We also think the recent move to higher US treasury yields is driven by the November election. Beyond worries about a contested outcome and associated market uncertainty, it seems some markets are now also considering the possibility of the Democrats winning not only the Presidency, but also both houses a ‘clean sweep’. According to Predictit.org, this outcome has become 25% more likely in recent days. Such an outcome would of course have far-reaching implications.
One important element would be massive fiscal stimulus which would likely lead to a meaningful growth impulse, a meaningful increase in government debt from already elevated levels, and a meaningful possibility that inflation returns more quickly than anticipated. It is hard to imagine a more negative backdrop for government bond markets, and conversely, we would expect such an outcome to lead to a further boost to equities and credit.
Closer to home, fiscal policy has also taken over the Australian headlines and we believe this will remain the case for the foreseeable future. Personal tax cuts and a business-friendly suite of policies were widely expected and delivered in the Commonwealth budget, but the measures will, at face value, be insufficient to offset the stimulus delivered by the Jobkeeper and Jobseeker packages when these roll off. This is Australia’s version of a ‘fiscal cliff’ and it bears watching, because the economy is still too fragile, in our view, to successfully absorb a tightening in fiscal policy. Of course, expectations as to the multiplier effects of the suite of policies announced remain key, and it could well be that the stimulus that has been delivered accelerates activity sufficiently to cushion the inevitable slowing in growth as current emergency stimulus measures are wound down.
The RBA stands ready to deliver further easing if it is required in this circumstance; indeed, expectations in financial markets around the delivery of such easing in November are already elevated. A further cut in the cash rate to 0.10% would not be sufficient to stimulate much in the way of extra activity by itself, but the potential for this easing to be delivered along with greater volumes of asset purchases, potentially at longer tenors and potentially in state government as well as Commonwealth debt markets, would put further downward pressure on various fixed-term rates in the economy (e.g. fixed mortgage rates) and, importantly, the Australian dollar. Of course, in a world where most developed nations are following similar policies it remains to be seen whether such an impact on the Australian dollar lasts long; our feeling is that it would not. Whilst such a policy would allow a further fiscal expansion (because government debt servicing costs would fall), the US election remains a wildcard. Australian longer tenor bond yields would certainly move higher in sympathy with bond yields in the US and other markets if a democratic clean sweep is delivered. The AUD would likely appreciate as well, certainly versus the US dollar and potentially on a broader trade-weighted basis if commodity prices were to rise. In this sense, we feel that for the moment at least, it is difficult to have confidence around the near-term impacts of the policies delivered thus far by both the Federal government and the RBA, let alone the potential impacts of policies that remain under consideration. Circumstances in the US may work in the opposite direction, frustrating the efforts of local policy makers.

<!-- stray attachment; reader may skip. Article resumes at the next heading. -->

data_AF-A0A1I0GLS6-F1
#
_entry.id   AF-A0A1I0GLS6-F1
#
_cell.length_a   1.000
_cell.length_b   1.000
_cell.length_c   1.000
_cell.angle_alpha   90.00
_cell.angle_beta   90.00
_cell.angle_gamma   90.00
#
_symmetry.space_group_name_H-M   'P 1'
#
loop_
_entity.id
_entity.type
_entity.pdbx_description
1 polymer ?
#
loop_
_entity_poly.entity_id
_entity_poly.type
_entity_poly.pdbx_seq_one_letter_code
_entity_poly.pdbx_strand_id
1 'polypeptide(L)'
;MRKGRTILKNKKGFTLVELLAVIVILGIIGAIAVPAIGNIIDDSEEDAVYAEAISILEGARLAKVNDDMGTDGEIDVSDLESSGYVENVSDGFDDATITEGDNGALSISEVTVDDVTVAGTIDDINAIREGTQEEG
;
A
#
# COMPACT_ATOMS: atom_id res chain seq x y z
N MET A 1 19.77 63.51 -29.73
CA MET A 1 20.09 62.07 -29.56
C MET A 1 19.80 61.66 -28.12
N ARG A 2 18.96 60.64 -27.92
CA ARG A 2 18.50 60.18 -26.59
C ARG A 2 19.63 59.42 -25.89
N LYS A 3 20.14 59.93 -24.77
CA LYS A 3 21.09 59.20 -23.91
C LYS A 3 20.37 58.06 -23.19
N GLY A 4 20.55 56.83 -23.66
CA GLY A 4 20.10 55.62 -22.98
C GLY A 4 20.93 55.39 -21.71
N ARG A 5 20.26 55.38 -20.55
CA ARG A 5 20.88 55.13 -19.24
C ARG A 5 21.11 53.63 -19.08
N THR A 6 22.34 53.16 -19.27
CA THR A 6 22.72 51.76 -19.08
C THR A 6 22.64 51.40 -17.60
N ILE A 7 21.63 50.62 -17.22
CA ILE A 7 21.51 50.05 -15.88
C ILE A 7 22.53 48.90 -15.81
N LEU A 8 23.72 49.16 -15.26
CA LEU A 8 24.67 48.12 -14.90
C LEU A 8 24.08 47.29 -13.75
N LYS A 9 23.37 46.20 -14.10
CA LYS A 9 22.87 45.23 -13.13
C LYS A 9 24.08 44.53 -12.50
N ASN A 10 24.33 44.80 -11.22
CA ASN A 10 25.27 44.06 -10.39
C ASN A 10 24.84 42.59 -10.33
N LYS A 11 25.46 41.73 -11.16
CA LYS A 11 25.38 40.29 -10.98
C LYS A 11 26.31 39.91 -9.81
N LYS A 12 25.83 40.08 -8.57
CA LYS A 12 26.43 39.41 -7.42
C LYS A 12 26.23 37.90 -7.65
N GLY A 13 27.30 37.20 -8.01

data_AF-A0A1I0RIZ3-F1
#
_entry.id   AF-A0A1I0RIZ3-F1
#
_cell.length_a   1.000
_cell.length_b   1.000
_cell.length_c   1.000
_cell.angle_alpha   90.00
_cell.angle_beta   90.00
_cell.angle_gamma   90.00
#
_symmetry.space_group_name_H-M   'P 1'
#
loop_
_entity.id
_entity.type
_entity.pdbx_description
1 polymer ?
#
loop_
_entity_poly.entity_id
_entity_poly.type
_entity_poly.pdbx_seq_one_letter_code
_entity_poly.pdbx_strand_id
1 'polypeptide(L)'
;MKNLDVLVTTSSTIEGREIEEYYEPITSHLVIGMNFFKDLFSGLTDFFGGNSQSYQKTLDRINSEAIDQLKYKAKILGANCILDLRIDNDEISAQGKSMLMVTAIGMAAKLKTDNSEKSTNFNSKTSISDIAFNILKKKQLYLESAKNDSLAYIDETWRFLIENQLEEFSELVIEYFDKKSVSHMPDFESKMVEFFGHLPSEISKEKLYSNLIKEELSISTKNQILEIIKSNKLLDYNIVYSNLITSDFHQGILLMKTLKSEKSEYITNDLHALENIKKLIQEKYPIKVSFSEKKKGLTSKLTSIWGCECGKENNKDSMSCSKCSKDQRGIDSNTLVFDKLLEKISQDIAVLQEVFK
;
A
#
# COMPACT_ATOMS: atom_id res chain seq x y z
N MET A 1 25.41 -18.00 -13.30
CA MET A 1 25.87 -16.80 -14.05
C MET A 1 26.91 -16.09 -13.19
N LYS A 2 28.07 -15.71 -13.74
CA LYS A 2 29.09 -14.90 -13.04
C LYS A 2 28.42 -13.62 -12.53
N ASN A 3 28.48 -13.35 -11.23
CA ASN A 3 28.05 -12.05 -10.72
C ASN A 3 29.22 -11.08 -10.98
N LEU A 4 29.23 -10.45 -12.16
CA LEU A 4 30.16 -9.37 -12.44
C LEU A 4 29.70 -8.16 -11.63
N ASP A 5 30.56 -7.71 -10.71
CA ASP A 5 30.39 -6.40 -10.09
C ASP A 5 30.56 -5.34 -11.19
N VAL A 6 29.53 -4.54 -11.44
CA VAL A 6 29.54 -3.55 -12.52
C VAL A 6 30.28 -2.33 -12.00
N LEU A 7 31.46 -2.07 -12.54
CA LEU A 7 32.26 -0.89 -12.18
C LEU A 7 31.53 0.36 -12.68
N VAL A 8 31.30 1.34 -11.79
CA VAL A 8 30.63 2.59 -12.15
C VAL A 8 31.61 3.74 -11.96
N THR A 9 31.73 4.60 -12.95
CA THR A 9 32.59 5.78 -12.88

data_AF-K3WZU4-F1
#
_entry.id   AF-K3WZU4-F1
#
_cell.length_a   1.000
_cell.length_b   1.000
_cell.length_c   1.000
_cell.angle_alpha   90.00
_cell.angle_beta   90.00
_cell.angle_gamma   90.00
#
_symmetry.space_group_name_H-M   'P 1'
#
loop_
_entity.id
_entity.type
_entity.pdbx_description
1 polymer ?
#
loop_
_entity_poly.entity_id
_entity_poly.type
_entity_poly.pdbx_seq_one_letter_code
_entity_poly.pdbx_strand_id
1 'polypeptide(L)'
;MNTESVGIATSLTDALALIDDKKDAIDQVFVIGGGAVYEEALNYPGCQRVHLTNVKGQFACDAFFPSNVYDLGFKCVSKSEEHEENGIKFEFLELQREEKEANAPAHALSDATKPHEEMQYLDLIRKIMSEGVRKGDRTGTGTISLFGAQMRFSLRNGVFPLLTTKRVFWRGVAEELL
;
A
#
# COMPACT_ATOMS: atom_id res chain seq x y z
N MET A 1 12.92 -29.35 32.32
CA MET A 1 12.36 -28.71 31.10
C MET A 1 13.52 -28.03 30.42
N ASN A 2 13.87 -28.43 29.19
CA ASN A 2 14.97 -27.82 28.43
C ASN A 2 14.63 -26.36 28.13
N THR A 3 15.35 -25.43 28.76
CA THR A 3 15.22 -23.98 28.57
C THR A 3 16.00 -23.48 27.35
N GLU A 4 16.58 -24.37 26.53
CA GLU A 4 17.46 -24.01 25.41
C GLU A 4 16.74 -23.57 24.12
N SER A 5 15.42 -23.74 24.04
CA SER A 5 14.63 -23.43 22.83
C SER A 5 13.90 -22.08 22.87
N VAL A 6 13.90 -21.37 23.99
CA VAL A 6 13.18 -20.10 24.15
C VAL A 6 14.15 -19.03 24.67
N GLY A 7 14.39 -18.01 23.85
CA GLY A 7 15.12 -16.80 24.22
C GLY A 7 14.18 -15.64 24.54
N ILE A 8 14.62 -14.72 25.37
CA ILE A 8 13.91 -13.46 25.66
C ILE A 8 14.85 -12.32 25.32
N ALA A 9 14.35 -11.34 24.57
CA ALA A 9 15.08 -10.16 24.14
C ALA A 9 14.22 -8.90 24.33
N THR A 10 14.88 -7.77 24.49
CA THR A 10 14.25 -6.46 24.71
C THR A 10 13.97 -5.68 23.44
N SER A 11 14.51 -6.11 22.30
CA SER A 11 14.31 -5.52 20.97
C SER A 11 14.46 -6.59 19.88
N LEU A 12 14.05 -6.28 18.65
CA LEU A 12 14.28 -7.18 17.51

In this environment we believe it makes sense to be prudent in risk-taking. As ever the preservation of capital remains paramount, and we will be keeping a watchful eye on both credit spreads and potential hedges in what will likely be turbulent times ahead.
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Past performance is not a reliable indicator of future performance. Please read the PDS prior to investing. This information is general in nature and is subject to the terms and conditions outlined here.